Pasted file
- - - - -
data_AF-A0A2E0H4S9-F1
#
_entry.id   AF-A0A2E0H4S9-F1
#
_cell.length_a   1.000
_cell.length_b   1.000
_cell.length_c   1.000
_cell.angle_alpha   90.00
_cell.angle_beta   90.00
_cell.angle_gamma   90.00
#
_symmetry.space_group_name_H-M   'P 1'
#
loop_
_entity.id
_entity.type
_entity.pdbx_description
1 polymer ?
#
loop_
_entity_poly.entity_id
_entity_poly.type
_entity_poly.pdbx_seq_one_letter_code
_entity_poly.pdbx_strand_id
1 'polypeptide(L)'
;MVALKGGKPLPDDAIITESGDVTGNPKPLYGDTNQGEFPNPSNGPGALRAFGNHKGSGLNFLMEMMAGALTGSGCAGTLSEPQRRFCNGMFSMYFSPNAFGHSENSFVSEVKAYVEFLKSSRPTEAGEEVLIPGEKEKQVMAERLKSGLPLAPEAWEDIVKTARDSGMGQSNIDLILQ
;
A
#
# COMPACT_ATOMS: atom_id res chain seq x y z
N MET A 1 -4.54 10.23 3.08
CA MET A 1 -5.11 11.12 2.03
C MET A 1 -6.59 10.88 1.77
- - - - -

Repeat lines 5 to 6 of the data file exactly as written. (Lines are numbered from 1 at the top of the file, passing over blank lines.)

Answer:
_cell.length_a   1.000
_cell.length_b   1.000